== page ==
Spreading the Word: Geography, Policy and Knowledge Spillovers
Using new data on citations to university patents and scientific publications, we study how geography affects university knowledge spillovers. Citations to patents decline sharply with distance up to about 150 miles and are strongly constrained by state borders. Distance also constrains citations to scientific publications, but the impact is less sharp and persists over greater distances. The state border effect for publications is significant only for lower quality public universities. We show that the state border effect is heterogeneous, and is strongly influenced by university and state characteristics and policies. It is larger for public universities and those with strong local development policies. The border effect is larger in states with strong non-compete laws that facilitate intrastate labor mobility, states with greater reliance on in-state educated scientists and engineers, and states with lower rates of interstate scientific labor mobility. We also confirm the impact of non-compete statutes by studying a policy reform in Michigan.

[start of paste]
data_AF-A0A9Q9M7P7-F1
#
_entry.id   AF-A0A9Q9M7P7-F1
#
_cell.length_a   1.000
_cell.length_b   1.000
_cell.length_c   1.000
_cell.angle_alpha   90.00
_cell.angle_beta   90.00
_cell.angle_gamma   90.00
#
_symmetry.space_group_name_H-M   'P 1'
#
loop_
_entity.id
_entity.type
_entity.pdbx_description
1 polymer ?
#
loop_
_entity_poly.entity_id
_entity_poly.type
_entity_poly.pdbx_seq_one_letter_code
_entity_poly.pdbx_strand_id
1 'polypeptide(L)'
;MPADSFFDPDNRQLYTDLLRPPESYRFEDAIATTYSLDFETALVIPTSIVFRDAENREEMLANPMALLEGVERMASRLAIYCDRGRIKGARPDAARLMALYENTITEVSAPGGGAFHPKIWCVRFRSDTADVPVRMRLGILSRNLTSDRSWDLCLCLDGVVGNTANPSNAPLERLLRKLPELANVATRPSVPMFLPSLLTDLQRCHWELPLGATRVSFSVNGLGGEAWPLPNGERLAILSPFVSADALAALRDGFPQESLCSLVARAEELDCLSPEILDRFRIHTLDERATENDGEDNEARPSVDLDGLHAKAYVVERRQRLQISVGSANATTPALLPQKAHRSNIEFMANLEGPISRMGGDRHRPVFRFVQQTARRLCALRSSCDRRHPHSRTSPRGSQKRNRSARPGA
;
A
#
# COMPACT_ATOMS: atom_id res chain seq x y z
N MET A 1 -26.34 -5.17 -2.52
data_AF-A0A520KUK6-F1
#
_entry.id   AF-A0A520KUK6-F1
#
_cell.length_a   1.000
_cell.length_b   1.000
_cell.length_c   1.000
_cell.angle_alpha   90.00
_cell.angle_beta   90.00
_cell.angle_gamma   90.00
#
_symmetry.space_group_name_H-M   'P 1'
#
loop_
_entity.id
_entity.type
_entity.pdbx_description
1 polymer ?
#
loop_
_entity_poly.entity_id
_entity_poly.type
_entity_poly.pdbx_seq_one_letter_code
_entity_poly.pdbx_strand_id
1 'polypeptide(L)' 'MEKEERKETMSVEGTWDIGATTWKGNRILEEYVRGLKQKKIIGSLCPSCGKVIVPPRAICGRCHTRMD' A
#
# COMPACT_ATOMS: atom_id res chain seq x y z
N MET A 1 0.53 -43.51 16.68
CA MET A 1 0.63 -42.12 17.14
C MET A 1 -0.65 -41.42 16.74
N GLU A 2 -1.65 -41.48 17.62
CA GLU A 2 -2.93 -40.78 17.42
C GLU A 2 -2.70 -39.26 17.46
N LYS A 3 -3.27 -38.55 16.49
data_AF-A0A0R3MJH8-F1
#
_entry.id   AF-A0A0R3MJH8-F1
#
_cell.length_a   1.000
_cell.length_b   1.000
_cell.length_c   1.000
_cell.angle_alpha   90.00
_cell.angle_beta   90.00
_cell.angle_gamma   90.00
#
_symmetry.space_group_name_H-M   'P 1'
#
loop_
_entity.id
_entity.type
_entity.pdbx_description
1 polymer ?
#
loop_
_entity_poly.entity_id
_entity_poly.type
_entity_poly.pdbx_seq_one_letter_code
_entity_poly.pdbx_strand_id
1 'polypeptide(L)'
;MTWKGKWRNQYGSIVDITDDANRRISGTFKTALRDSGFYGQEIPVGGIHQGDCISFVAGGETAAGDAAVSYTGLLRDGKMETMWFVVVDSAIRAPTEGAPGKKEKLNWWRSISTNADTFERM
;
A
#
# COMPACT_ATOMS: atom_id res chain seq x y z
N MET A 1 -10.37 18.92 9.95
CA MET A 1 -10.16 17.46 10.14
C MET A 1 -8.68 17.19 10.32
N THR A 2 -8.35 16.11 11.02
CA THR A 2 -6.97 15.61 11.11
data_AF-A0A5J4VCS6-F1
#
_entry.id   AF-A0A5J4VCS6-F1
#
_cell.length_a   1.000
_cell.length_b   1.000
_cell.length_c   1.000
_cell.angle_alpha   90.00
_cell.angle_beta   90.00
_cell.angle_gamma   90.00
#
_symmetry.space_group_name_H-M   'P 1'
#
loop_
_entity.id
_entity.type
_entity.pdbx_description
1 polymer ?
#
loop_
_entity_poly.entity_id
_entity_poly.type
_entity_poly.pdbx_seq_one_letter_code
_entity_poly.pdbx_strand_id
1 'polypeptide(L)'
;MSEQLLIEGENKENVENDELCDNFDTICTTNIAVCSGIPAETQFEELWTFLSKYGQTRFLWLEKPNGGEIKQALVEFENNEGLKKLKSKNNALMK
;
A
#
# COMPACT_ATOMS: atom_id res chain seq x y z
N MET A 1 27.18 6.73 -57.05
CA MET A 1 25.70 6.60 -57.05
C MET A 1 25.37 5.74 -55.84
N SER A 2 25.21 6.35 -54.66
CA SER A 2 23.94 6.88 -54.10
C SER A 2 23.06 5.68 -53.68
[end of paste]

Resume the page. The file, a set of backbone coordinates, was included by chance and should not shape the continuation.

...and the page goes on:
|Date of creation:||Sep 2010|
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References listed on IDEAS
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- Adams, James D, 1990. "Fundamental Stocks of Knowledge and Productivity Growth," Journal of Political Economy, University of Chicago Press, vol. 98(4), pages 673-702, August.